Wednesday, October 21, 2015

BLUEBIRD - Class Project October 2015

Here is a photo of a bluebird that flew into my yard and landed on the fence post.  I was able to take a picture quickly.  They are my absolute favorite bird and I wanted to paint it.  I chose this for a beginner painting, although as I got into it saw that it wasn't so beginner.  However, there are a lot of good techniques in this one and it is excellent for beginners to do.

I am a little hesitant about the background and not sure how it will come out.  The values are very similar within the painting but I will give it a shot.

I started painting the blue part of the bird, but I also prepared the rust color for the breast because there are parts like the upper part near the top of the wing where the rust and blue meet and blurs out.  I wanted to paint these at the same time.  I used a mix of cobalt blue and cerulean blue in whatever ratio you'd like but I used about half and half.  I just painted the blue straight on and didn't worry about shading or anything.  This I will add later.  After the blue was applied, I added the rust color which is raw sienna and alizarin.  Do not add too much alizarin.  Occasionally I added some yellow ochre in areas and quinacridone rose.   There is also a deeper more violet area of the upper breast that I painted by adding cobalt blue to the mixture.  It should look like a rusty violet.

After doing the rust color, I added the gray on the underbelly with payne's gray and cadmium red lt.   Later on after it dries I scrubbed out some of the gray and added the white feathery feel to it.  I dropped in a little cobalt blue in places also.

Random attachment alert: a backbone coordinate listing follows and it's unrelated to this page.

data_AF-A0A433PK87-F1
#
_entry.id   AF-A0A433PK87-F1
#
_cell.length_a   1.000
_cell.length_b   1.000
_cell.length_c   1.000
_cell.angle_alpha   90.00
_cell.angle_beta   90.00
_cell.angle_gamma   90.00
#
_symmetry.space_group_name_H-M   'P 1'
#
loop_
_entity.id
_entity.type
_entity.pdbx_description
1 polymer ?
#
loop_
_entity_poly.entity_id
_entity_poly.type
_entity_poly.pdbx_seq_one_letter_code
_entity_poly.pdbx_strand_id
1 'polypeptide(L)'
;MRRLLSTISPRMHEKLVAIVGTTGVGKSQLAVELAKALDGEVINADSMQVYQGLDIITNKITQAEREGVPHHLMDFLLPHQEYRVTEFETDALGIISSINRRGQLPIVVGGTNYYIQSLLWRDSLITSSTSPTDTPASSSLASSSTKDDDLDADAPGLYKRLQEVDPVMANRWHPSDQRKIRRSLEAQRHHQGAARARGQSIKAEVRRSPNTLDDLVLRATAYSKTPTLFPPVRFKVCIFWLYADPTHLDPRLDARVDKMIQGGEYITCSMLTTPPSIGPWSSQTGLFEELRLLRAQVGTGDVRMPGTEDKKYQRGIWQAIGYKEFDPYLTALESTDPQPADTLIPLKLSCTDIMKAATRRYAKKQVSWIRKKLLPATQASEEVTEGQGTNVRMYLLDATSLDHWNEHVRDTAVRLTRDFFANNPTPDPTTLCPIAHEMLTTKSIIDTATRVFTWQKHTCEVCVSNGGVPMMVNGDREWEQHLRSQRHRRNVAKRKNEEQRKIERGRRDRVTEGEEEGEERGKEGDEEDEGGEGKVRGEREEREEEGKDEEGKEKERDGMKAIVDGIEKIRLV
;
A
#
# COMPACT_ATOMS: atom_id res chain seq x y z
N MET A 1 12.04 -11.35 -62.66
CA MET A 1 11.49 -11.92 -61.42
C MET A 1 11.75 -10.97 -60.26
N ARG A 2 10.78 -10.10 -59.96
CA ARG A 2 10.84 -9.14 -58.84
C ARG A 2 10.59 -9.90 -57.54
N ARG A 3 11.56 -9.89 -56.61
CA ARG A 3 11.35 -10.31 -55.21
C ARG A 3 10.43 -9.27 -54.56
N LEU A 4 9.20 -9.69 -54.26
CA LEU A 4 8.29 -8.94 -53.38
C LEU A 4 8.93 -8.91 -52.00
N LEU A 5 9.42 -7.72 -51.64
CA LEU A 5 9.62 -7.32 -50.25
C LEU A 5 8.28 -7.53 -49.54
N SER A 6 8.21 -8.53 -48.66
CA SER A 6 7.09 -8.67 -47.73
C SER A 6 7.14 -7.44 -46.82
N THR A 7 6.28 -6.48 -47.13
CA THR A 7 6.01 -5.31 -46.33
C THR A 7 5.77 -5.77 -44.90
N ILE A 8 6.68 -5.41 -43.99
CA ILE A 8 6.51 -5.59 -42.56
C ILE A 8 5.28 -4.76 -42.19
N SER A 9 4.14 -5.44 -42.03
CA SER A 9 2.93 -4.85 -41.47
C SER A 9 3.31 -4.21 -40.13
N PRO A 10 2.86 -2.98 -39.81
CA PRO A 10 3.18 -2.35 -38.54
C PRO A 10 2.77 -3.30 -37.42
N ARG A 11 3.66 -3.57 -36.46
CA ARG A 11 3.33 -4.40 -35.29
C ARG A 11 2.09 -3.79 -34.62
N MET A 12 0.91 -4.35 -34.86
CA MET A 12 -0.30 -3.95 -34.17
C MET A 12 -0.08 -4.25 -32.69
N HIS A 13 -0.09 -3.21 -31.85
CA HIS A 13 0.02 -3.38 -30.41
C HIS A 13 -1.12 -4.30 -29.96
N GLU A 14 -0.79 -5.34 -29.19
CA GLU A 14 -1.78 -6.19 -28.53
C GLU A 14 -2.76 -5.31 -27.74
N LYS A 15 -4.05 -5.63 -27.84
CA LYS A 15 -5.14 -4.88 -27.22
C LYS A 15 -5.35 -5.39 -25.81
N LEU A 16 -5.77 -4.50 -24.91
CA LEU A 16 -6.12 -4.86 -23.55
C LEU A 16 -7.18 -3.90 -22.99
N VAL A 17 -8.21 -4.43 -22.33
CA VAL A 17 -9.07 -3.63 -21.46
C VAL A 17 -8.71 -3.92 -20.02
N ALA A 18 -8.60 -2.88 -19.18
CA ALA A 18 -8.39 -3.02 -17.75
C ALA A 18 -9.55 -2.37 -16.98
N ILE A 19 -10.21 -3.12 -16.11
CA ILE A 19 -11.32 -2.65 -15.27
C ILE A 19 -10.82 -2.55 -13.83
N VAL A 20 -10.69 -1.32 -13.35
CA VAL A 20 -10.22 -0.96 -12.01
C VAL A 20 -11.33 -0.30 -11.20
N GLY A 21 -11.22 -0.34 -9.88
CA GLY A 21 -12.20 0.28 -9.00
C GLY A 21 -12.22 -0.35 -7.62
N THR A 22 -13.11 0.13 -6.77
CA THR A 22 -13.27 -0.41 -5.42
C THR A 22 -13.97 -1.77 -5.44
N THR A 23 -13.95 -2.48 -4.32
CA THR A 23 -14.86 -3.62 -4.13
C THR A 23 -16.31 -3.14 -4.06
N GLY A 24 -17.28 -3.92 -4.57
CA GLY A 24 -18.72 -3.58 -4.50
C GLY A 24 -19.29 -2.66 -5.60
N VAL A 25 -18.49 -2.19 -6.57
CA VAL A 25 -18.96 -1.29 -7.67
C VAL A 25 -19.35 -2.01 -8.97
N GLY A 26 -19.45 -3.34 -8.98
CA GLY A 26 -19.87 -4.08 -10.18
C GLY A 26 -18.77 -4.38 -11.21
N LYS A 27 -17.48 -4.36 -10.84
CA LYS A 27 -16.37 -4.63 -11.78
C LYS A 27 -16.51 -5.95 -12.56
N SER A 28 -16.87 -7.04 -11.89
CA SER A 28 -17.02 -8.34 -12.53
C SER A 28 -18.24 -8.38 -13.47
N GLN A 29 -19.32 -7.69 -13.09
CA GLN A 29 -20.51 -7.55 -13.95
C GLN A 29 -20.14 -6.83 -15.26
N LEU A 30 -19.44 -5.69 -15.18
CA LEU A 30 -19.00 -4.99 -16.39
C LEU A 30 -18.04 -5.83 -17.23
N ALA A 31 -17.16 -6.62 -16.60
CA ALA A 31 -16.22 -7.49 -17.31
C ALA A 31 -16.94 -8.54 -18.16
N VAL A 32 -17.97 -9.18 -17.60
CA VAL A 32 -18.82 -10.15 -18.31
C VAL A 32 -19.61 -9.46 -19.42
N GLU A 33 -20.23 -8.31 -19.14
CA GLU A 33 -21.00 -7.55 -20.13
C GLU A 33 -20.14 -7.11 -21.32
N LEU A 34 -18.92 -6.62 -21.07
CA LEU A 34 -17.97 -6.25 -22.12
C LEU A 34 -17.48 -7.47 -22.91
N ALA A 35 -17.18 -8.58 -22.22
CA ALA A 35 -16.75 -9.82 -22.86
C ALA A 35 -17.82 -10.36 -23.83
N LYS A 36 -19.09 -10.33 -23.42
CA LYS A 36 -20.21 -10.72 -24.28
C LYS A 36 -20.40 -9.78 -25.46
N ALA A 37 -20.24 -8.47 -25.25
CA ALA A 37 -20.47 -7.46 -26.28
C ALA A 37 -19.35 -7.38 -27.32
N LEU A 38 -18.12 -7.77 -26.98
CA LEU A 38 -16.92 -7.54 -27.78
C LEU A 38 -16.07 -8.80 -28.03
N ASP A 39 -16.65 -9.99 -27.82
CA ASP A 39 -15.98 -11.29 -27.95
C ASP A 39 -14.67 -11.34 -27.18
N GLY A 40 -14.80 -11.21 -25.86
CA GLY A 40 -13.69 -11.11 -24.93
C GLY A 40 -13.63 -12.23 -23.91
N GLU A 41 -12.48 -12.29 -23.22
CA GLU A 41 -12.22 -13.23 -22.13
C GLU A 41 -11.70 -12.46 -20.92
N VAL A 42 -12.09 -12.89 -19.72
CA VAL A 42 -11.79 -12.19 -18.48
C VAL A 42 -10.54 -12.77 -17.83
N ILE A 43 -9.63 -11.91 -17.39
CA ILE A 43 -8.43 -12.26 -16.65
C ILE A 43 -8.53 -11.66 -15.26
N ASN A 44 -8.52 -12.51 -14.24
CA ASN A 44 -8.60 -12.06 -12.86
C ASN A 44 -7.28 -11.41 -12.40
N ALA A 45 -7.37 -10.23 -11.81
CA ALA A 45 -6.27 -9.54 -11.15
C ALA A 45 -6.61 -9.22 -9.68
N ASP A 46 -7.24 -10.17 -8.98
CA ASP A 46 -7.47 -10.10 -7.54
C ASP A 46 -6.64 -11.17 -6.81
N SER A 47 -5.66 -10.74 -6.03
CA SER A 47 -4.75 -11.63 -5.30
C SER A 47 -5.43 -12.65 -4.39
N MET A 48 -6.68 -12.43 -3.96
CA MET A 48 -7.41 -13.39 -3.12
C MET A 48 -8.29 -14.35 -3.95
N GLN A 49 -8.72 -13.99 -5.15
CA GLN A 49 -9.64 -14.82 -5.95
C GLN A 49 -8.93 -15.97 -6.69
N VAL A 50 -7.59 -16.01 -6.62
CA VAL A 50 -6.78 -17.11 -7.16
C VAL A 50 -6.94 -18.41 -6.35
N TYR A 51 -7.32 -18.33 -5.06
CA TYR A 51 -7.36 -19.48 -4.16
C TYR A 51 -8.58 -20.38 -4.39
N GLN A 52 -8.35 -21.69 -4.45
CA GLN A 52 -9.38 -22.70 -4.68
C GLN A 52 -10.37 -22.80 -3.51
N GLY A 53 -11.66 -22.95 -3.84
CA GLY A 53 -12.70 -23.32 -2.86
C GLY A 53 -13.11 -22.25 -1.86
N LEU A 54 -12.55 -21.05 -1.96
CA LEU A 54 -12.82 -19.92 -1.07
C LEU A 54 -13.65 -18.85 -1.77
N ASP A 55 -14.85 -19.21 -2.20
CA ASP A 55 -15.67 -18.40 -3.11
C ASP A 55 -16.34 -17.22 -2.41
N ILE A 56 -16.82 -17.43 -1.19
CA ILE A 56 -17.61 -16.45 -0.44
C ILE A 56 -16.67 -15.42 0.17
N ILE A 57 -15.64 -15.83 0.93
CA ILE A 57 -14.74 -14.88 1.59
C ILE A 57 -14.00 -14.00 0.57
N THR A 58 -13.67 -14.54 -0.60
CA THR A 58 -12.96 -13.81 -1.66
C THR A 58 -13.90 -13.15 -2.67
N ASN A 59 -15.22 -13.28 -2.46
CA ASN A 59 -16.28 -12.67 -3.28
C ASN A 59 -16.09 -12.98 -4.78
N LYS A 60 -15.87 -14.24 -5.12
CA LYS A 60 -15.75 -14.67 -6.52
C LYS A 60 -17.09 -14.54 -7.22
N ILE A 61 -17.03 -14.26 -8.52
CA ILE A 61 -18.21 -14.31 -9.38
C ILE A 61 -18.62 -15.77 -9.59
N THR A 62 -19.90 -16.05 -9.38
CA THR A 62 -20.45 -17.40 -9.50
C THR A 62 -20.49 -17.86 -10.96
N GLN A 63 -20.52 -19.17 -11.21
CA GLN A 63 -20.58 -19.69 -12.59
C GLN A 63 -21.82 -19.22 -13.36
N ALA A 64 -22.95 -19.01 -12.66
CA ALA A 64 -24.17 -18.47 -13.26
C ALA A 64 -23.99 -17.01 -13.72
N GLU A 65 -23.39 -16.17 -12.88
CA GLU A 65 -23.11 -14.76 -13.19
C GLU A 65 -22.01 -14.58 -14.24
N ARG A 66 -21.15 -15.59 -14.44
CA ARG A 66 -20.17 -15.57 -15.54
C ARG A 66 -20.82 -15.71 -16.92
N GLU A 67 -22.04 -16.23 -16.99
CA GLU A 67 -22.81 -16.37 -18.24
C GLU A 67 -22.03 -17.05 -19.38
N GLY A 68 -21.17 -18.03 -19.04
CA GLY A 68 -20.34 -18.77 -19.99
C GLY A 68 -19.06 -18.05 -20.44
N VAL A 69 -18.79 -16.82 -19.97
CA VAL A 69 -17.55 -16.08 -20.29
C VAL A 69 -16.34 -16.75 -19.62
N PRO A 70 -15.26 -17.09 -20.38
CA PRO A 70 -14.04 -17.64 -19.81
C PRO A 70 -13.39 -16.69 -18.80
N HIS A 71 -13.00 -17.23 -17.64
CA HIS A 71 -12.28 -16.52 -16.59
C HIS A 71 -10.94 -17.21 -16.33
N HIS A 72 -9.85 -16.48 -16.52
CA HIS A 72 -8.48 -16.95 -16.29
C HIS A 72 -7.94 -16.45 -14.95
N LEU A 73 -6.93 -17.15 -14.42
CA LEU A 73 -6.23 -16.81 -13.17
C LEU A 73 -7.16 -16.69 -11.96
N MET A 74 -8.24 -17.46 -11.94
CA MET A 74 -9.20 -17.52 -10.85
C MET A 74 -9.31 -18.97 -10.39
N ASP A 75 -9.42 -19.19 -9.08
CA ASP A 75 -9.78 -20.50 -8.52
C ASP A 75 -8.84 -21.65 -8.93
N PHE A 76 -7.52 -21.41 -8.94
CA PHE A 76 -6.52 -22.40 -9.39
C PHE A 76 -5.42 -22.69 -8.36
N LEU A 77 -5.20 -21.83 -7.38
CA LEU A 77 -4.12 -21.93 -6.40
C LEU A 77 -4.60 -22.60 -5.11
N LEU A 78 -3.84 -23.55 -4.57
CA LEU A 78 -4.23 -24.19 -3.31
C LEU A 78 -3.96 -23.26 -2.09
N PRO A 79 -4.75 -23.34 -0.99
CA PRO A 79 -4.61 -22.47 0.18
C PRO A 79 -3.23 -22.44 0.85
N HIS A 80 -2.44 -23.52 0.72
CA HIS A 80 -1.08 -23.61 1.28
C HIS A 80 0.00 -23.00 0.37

After that I went back into the blue of the bird and added some darker areas with cobalt and maroon perylene.  I touched in some quinacridone rose in some areas as well and at time mixed the rose with the cobalt blue to get a violet.  The gray I used for the underbelly I also added to parts of the tail and the wing and to the right of the eye. 

I put in the eyeball and beak.  I used payne's gray for the eye and for the beak but also added cobalt blue above in the middle of the beak, being careful to leave a highlight on the top.

After doing this part of the bird, I started the background.  I wanted to do the background before putting any more darks on the bird because I wasn't sure yet how dark to make it.

I used sap green mostly for the background.  I dropped in cobalt blue to a few areas you can see and also yellow ochre.  I added a little cobalt to the sap green when I needed a little darker green.  When the background was not too wet, I added some branches with the same colors.  It's important for the paper to not be too wet or else it will blur too much.  Timing is everything and it's not easy!  Best to practice.

After doing the background I darkened up the bird a bit.  Then I did the fence post.  A drybrush technique was used here.  I used payne's gray and cadmium red lt.  Using the side of the brush I made this textural effect.  While wet, I dropped in a bit of burnt sienna.  I used cobalt blue and burnt sienna for the iron rod the bird is standing on.  There are touches of cadmium red lt. in there too.

This is the finished painting.  I still haven't decided about the background and I think I am just going to leave it and say it is a bluebird study!  I am anxious to see what the class does with it.....a lot of times I get good ideas from them!!!

 I decided the background needed fixing and the bird needed darkening a bit, so here is the newer finished version.  I also darkened the fence post a bit.  Hopefully the bird stands out a bit better.  I lightened up around it's head also by scrubbing a little with Mr. Clean Magic Eraser.  That stuff is amazing!

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